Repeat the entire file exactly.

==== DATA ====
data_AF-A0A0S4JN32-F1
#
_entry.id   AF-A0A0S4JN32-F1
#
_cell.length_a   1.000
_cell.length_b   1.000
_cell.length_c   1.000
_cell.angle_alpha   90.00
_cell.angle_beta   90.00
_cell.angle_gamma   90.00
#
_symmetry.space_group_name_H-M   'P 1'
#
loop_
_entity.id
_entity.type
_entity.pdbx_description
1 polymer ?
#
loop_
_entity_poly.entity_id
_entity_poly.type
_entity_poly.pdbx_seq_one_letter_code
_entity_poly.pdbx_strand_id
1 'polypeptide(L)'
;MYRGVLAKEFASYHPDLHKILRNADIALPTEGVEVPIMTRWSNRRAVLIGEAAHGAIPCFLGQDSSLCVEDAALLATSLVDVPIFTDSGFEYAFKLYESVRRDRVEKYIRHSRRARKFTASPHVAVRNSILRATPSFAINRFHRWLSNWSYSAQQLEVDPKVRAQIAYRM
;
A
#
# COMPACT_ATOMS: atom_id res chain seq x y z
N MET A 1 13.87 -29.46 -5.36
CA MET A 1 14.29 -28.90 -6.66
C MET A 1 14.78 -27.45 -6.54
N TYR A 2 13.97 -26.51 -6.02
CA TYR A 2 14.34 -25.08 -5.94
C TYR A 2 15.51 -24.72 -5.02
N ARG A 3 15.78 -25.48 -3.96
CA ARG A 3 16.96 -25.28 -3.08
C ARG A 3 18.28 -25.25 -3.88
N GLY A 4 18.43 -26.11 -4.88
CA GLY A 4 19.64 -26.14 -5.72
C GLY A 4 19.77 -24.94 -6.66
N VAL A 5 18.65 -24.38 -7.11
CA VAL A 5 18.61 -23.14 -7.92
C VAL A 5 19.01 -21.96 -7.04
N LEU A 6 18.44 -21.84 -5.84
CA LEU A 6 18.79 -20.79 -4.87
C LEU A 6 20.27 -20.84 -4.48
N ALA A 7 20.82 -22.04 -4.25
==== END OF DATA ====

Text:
data_AF-A0A0S4JN32-F1
#
_entry.id   AF-A0A0S4JN32-F1
#
_cell.length_a   1.000
_cell.length_b   1.000
_cell.length_c   1.000
_cell.angle_alpha   90.00
_cell.angle_beta   90.00
_cell.angle_gamma   90.00
#
_symmetry.space_group_name_H-M   'P 1'
#
loop_
_entity.id
_entity.type
_entity.pdbx_description
1 polymer ?
#
loop_
_entity_poly.entity_id
_entity_poly.type
_entity_poly.pdbx_seq_one_letter_code
_entity_poly.pdbx_strand_id
1 'polypeptide(L)'
;MYRGVLAKEFASYHPDLHKILRNADIALPTEGVEVPIMTRWSNRRAVLIGEAAHGAIPCFLGQDSSLCVEDAALLATSLVDVPIFTDSGFEYAFKLYESVRRDRVEKYIRHSRRARKFTASPHVAVRNSILRATPSFAINRFHRWLSNWSYSAQQLEVDPKVRAQIAYRM
;
A
#
# COMPACT_ATOMS: atom_id res chain seq x y z
N MET A 1 13.87 -29.46 -5.36
CA MET A 1 14.29 -28.90 -6.66
C MET A 1 14.78 -27.45 -6.54
N TYR A 2 13.97 -26.51 -6.02
CA TYR A 2 14.34 -25.08 -5.94
C TYR A 2 15.51 -24.72 -5.02
N ARG A 3 15.78 -25.48 -3.96
CA ARG A 3 16.96 -25.28 -3.08
C ARG A 3 18.28 -25.25 -3.88
N GLY A 4 18.43 -26.11 -4.88
CA GLY A 4 19.64 -26.14 -5.72
C GLY A 4 19.77 -24.94 -6.66
N VAL A 5 18.65 -24.38 -7.11
CA VAL A 5 18.61 -23.14 -7.92
C VAL A 5 19.01 -21.96 -7.04
N LEU A 6 18.44 -21.84 -5.84
CA LEU A 6 18.79 -20.79 -4.87
C LEU A 6 20.27 -20.84 -4.48
N ALA A 7 20.82 -22.04 -4.25